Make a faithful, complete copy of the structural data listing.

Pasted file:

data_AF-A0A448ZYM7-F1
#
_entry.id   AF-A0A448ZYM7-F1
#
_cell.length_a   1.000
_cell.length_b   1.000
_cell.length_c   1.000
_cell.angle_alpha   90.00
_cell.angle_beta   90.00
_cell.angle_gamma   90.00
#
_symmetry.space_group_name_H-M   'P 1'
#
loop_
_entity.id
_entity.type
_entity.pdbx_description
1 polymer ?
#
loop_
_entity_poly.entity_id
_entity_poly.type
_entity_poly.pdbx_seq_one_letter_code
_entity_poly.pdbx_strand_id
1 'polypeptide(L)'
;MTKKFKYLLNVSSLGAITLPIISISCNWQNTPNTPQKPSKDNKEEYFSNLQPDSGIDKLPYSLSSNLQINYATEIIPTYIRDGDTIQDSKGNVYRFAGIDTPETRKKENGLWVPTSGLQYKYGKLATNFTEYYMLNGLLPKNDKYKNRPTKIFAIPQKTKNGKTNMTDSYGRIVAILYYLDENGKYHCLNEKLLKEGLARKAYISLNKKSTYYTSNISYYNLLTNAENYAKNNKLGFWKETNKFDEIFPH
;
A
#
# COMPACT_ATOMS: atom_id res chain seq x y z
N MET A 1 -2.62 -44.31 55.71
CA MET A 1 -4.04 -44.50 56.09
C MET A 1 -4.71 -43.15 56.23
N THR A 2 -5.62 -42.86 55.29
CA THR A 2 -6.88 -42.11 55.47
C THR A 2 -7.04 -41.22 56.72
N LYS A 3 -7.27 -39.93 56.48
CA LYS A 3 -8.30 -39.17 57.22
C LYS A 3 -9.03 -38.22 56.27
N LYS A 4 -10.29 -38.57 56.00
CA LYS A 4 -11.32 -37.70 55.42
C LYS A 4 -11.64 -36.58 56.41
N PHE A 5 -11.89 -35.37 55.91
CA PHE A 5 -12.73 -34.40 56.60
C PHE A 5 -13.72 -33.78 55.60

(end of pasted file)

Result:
data_AF-A0A448ZYM7-F1
#
_entry.id   AF-A0A448ZYM7-F1
#
_cell.length_a   1.000
_cell.length_b   1.000
_cell.length_c   1.000
_cell.angle_alpha   90.00
_cell.angle_beta   90.00
_cell.angle_gamma   90.00
#
_symmetry.space_group_name_H-M   'P 1'
#
loop_
_entity.id
_entity.type
_entity.pdbx_description
1 polymer ?
#
loop_
_entity_poly.entity_id
_entity_poly.type
_entity_poly.pdbx_seq_one_letter_code
_entity_poly.pdbx_strand_id
1 'polypeptide(L)'
;MTKKFKYLLNVSSLGAITLPIISISCNWQNTPNTPQKPSKDNKEEYFSNLQPDSGIDKLPYSLSSNLQINYATEIIPTYIRDGDTIQDSKGNVYRFAGIDTPETRKKENGLWVPTSGLQYKYGKLATNFTEYYMLNGLLPKNDKYKNRPTKIFAIPQKTKNGKTNMTDSYGRIVAILYYLDENGKYHCLNEKLLKEGLARKAYISLNKKSTYYTSNISYYNLLTNAENYAKNNKLGFWKETNKFDEIFPH
;
A
#
# COMPACT_ATOMS: atom_id res chain seq x y z
N MET A 1 -2.62 -44.31 55.71
CA MET A 1 -4.04 -44.50 56.09
C MET A 1 -4.71 -43.15 56.23
N THR A 2 -5.62 -42.86 55.29
CA THR A 2 -6.88 -42.11 55.47
C THR A 2 -7.04 -41.22 56.72
N LYS A 3 -7.27 -39.93 56.48
CA LYS A 3 -8.30 -39.17 57.22
C LYS A 3 -9.03 -38.22 56.27
N LYS A 4 -10.29 -38.57 56.00
CA LYS A 4 -11.32 -37.70 55.42
C LYS A 4 -11.64 -36.58 56.41
N PHE A 5 -11.89 -35.37 55.91
CA PHE A 5 -12.73 -34.40 56.60
C PHE A 5 -13.72 -33.78 55.60